Reconstructing national culture for a local agenda: The New Man, labour and progress in post-conflict allegory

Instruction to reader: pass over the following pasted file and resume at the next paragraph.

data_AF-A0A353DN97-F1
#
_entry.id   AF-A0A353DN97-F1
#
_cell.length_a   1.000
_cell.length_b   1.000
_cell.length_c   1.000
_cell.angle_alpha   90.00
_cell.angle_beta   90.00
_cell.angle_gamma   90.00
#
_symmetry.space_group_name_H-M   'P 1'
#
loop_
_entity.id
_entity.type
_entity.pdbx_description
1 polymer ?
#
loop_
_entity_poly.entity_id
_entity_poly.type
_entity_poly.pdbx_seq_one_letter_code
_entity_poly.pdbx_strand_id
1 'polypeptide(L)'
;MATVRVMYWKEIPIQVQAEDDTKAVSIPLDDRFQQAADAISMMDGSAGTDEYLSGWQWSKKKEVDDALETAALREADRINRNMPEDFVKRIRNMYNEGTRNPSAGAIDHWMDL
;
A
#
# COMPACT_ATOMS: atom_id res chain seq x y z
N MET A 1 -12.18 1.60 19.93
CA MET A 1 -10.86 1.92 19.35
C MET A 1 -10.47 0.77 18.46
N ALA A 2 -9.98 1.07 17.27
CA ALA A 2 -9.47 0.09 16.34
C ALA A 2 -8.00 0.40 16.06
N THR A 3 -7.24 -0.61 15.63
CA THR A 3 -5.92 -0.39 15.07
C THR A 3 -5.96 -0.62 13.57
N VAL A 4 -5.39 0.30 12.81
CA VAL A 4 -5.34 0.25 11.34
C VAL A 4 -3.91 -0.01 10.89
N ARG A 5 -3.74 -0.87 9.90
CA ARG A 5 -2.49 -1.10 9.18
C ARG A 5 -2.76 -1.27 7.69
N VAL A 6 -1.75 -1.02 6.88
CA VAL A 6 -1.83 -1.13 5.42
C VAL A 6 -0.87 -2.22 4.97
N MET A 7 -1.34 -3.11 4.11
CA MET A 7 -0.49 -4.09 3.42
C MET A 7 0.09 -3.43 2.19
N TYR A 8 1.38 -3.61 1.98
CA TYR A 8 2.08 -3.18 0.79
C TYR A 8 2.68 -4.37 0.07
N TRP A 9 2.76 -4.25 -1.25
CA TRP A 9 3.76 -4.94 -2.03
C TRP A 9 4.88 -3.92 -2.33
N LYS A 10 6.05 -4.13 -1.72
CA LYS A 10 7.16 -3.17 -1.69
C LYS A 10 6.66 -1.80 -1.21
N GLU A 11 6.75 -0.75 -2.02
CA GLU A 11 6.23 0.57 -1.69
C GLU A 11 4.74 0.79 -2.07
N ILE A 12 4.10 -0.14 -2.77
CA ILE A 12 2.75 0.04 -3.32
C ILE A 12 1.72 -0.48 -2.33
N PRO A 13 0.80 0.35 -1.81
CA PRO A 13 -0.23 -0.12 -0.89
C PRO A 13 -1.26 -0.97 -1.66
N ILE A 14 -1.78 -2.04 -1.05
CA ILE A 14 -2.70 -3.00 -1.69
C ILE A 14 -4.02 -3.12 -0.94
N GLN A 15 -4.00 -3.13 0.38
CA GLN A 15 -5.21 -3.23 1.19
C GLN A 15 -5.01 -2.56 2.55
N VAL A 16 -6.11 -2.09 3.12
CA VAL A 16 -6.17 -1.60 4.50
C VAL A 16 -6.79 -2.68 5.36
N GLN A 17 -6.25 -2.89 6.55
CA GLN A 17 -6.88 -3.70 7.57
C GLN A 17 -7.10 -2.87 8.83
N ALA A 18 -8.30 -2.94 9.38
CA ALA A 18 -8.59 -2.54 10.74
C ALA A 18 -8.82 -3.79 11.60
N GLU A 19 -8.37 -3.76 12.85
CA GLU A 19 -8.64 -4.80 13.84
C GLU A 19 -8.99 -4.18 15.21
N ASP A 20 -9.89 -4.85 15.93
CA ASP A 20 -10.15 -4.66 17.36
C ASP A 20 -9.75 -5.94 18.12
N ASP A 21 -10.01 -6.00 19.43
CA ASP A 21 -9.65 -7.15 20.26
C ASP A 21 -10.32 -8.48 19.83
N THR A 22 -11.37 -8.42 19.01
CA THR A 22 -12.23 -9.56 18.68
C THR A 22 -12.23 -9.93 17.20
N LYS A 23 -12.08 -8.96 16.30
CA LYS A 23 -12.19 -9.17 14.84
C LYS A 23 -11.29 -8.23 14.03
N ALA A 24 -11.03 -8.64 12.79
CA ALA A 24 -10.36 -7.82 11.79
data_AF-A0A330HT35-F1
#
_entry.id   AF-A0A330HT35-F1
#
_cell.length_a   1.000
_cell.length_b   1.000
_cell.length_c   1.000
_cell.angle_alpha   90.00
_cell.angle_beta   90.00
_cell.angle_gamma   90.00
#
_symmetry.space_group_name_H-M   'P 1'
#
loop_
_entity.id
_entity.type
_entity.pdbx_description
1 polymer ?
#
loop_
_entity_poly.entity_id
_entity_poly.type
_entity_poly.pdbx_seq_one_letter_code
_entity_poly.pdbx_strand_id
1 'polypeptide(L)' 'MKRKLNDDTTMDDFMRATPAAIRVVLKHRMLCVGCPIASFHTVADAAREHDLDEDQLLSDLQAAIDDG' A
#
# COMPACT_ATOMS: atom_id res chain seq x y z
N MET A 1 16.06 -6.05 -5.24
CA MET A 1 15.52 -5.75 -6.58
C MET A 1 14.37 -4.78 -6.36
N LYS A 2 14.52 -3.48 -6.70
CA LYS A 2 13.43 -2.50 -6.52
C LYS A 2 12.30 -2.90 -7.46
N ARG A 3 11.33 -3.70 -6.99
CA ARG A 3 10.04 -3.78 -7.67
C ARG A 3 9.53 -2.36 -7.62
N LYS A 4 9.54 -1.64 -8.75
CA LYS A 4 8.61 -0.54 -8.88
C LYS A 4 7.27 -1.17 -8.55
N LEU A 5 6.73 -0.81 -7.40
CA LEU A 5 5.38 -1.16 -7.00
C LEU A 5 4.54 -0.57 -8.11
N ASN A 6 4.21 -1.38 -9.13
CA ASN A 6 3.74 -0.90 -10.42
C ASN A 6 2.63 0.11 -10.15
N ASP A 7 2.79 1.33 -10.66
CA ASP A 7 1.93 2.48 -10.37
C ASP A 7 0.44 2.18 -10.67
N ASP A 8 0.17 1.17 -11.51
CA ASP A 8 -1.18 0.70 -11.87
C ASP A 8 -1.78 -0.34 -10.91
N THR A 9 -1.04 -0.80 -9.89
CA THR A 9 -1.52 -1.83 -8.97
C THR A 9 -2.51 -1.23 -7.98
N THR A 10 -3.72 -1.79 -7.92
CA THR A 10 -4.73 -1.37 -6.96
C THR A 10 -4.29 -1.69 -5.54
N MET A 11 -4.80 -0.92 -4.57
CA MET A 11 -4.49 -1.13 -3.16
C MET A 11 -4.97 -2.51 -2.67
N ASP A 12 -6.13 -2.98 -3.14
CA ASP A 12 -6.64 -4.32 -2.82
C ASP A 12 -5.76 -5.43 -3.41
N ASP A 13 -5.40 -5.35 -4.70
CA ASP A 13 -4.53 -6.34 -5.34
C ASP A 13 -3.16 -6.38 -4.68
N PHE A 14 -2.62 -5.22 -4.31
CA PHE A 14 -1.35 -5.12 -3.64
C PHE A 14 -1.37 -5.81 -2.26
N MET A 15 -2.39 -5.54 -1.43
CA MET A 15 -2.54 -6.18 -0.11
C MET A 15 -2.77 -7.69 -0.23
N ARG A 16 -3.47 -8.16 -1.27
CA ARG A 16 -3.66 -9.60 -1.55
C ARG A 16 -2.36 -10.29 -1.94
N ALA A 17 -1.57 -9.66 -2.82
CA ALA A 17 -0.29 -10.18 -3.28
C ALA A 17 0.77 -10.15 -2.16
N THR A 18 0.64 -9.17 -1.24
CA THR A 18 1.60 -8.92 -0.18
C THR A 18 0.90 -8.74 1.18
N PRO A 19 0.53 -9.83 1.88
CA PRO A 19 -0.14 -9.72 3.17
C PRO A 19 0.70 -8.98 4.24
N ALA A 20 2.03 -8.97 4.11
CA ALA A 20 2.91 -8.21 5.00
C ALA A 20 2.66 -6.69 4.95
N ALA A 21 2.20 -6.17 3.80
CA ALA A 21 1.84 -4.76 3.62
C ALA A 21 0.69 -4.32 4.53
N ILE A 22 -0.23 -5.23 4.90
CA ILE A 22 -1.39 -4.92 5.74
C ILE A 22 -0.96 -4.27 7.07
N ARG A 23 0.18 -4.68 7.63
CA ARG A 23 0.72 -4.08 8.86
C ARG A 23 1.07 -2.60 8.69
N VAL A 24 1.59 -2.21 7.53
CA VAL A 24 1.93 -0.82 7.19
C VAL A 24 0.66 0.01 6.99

As has been outlined, although Gamboa‟s aim of documenting the embattled state of the nation and educating a popular audience recalls social realist cinema‟s aims, The Hero makes more limited recourse to techniques of camerawork, editing and sound montage associated with that movement. At the same time, however, one can identify in the film another inheritance from mid-twentieth century social realist aesthetics, one which is pivotal to the film‟s representation of the post-conflict nation, and which is, moreover, associated with early affirmations of Angolan independence. This inheritance is the use of symbolic encryption of familiar tropes, prominent within the diegesis, to elaborate upon the film‟s documentation of everyday life by constructing intersecting and ideologically consistent allegories of socio-economic and political relations. Such encrypted allegory was commonly used in the oppositionist literature and cinema of Portugal and its colonies under the corporatist Estado Novo from the 1940s onwards, serving to articulate polemics that could not, under strict censorship conditions, be presented transparently in representations of national life. A „neo-realist‟ aesthetic in fiction, and the supple and extensive lexicon of encryption elaborated by novelists such as Alves Redol, Carlos de Oliveira and, in Angola, Castro Soromenho, became strongly associated with the Marxist-led struggles for independence and for cohesive new national identities across Portuguese-ruled Africa.16 It is interesting to speculate on whether the choice of this rhetorical strategy was determined purely by the alarming intimations − in the first years of the new millennium − of intolerance of outspoken public criticism among members of the MPLA elite, or was, as seems eminently plausible, made expressly in order to rehabilitate components of the socialist culture of the pre- and post-independence era and use them as vehicle for the reaffirmation of „national‟ values, allegedly betrayed by the Party‟s neo-liberal turn.17